American Society for Clinical Pathology

View all recommendations from this society

September 14, 2016

Do not routinely perform sentinel lymph node biopsy or other diagnostic tests for the evaluation of early, thin melanoma because these tests do not improve survival.

Sentinel lymph node biopsy (SLNB) is a minimally invasive staging procedure developed to identify patients with subclinical nodal metastases at higher risk of occurrence, who could be candidates for complete lymph node dissection or adjuvant systemic therapy. The National Comprehensive Cancer Network (NCCN) Melanoma Panel does not recommend SLNB for patients with in situ melanoma (stage 0). In general, the panel does not recommend SLNB for Stage 1A or 1B lesions that are very thin (0.75mm or less). In the rare event that a conventional high-risk feature is present, the decision about SLNB should be left to the patient and the treating physician.


These items are provided solely for informational purposes and are not intended as a substitute for consultation with a medical professional. Patients with any specific questions about the items on this list or their individual situation should consult their physician.

How The List Was Created

1-5: The American Society for Clinical Pathology (ASCP) list was developed under the leadership of the chair of ASCP’s Institute Advisory Committee and Past President of ASCP. Subject matter and test utilization experts across the fields of pathology and laboratory medicine were included in this process for their expertise and guidance. The review panel examined hundreds of options based on both the practice of pathology and evidence available through an extensive review of the literature. The laboratory tests targeted in our recommendations were selected because they are tests that are performed frequently; there is evidence that the test either offers no benefit or is harmful; use of the test is costly and it does not provide higher quality care; and, eliminating it or changing to another test is within the control of the clinician. The final list is not exhaustive (many other tests/procedures were also identified and were also worthy of consideration), but the recommendations, if instituted, would result in higher quality care, lower costs, and more effective use of our laboratory resources and personnel.

6–10: The American Society for Clinical Pathology (ASCP) list of recommendations was developed under the leadership of the ASCP Choosing Wisely Ad Hoc Committee. This committee is chaired by an ASCP Past President and is comprised of subject matter and test utilization experts across the fields of pathology and laboratory medicine. The committee considered an initial list of possible recommendations compiled as the result of a survey administered to Society members serving on ASCP’s many commissions, committees and councils. The laboratory tests targeted in our recommendations were selected because they are tests that are performed frequently; there is evidence that the test either offers no benefit or is harmful; use of the test is costly and it does not provide higher quality care; and eliminating it or changing to another test is within the control of the clinician. Implementation of these recommendations will result in higher quality care, lower costs and a more effective use of our laboratory resources and personnel.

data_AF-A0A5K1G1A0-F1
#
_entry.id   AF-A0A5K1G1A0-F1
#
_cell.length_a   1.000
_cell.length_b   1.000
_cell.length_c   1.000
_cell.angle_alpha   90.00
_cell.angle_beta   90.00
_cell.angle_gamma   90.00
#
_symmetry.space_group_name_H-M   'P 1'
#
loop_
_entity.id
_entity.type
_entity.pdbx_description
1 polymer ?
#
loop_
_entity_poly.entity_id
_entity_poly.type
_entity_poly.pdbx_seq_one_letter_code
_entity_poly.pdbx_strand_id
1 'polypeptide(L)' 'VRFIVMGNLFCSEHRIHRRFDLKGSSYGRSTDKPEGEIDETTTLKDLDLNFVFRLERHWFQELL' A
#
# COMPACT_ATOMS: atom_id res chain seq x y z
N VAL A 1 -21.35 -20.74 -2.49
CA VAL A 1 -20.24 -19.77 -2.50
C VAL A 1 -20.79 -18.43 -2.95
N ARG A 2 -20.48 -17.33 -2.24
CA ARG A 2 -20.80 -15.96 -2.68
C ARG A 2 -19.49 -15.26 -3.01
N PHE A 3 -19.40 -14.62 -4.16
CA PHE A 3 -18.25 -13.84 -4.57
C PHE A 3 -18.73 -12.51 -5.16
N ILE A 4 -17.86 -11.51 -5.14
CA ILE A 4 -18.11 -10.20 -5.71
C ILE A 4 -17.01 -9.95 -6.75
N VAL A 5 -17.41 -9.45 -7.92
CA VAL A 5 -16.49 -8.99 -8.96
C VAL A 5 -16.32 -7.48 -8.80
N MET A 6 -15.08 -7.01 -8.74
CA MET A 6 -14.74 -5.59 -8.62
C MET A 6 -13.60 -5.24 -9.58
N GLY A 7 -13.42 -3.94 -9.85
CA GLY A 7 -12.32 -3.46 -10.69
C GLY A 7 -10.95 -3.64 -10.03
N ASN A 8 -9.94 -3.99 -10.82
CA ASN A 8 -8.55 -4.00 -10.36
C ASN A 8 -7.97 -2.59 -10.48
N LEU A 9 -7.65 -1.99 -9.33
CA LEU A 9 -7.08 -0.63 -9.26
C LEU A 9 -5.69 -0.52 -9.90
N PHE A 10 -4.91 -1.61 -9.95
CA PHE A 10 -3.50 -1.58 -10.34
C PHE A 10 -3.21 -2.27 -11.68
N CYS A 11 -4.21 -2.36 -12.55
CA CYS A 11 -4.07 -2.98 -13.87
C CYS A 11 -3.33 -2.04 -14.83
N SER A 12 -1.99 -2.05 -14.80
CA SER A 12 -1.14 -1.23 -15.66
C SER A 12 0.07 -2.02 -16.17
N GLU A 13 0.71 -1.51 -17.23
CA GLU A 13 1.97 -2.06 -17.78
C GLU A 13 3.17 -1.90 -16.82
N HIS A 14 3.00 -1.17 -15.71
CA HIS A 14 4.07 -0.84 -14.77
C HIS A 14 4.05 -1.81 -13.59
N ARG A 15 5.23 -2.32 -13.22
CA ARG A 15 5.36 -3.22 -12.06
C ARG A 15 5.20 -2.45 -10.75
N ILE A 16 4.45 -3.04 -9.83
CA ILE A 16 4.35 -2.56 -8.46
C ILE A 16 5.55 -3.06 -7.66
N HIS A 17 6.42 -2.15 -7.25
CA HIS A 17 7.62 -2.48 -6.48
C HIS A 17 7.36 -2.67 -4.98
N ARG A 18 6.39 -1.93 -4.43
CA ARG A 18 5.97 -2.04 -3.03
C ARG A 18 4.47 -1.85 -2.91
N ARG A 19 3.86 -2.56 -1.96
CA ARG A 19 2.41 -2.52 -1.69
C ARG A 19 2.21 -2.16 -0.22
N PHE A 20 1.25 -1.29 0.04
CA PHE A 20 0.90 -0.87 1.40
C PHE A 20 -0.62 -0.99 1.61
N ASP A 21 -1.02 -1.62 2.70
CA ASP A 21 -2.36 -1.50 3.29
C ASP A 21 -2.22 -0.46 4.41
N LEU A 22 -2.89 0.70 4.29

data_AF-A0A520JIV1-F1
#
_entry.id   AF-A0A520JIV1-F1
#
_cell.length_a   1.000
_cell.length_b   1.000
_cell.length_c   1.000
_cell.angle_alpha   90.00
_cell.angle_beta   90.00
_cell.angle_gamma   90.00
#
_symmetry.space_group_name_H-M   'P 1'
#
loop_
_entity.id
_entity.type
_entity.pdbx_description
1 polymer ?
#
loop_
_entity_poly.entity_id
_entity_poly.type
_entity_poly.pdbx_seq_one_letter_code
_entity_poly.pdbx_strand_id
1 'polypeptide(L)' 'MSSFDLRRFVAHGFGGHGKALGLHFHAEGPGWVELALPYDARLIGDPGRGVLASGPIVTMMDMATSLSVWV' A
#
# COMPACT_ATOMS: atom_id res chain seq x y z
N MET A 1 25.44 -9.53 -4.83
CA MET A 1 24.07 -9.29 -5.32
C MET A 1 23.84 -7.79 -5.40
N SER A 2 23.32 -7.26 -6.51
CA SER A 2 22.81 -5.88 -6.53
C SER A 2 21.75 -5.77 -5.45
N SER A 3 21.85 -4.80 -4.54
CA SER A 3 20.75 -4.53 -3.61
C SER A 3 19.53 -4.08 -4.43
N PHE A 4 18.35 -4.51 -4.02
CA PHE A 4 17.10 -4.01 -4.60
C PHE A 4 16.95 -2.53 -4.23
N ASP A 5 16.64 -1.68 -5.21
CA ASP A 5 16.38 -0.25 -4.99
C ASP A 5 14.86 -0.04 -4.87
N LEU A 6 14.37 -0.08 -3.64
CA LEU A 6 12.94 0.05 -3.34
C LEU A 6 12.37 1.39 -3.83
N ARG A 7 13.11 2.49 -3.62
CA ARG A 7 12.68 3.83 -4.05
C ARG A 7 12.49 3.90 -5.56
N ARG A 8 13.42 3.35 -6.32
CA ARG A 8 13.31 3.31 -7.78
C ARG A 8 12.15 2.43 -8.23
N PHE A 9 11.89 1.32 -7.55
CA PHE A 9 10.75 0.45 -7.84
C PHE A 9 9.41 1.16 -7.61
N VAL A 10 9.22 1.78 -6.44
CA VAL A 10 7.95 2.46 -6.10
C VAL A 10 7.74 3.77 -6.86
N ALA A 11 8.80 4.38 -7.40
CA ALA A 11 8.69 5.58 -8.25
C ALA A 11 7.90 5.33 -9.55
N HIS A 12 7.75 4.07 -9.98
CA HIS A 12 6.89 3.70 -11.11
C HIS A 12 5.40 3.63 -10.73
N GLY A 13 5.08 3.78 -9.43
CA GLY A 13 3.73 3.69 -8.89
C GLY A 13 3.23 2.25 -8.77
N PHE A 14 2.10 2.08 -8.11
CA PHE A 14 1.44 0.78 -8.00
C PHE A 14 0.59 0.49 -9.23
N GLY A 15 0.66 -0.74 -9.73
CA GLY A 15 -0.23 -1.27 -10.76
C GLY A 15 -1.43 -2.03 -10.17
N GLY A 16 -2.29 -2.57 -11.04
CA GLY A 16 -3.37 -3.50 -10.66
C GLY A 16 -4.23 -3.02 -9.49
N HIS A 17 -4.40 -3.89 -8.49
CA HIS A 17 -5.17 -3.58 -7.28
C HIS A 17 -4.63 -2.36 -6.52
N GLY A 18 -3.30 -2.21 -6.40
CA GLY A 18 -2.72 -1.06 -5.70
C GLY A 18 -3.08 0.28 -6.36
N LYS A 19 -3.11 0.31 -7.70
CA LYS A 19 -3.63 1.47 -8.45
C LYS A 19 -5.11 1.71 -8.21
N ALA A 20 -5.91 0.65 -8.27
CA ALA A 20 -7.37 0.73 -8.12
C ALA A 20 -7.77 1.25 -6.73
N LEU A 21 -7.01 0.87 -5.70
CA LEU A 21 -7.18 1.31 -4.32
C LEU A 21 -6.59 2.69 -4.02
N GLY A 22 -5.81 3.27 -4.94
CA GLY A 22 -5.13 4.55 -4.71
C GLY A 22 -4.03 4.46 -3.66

11–15: The American Society for Clinical Pathology (ASCP) list of recommendations was developed under the leadership of the ASCP Effective Test Utilization Subcommittee. This committee is chaired by an ASCP Past President and comprises subject matter and test utilization experts across the fields of pathology and laboratory medicine. The committee considered an initial list of possible recommendations compiled as the result of a survey administered to Society members serving on ASCP’s many commissions, committees, and councils. The laboratory tests targeted in our recommendations were selected because they are tests that are performed frequently; there is evidence that the test either offers no benefit or is harmful (either entirely or in specific clinical situations); use of the test is costly and it does not provide higher quality care; and eliminating it or changing to another test is within the control of the clinician. Implementation of these recommendations will result in higher quality care, lower costs, and a more effective use of our laboratory resources and personnel.

 

ASCP’s disclosure and conflict of interest policy can be found at www.ascp.org.

Sources

Bichakjian CK, Halpern AC, Johnson TM, Foote Hood A, Grichnik JM, Swetter SM, Tsao H, Barbosa VH, Chuang TY, Duvic M, Ho VC, Sober AJ, Beutner KR, Bhushan R, Smith Begolka W; American Academy of Dermatology. Guidelines of care for the management of primary cutaneous melanoma. American Academy of Dermatology. J Am Acad Dermatol. 2011 Nov;65(5):1032–47.

American Joint Committee on Cancer. AJCC cancer staging manual. 7th ed. New York: Springer; 2010.

National Comprehensive Cancer Network. National Comprehensive Cancer Network clinical practice guidelines in oncology (NCCN Guidelines®): melanoma. (Version 3.2015).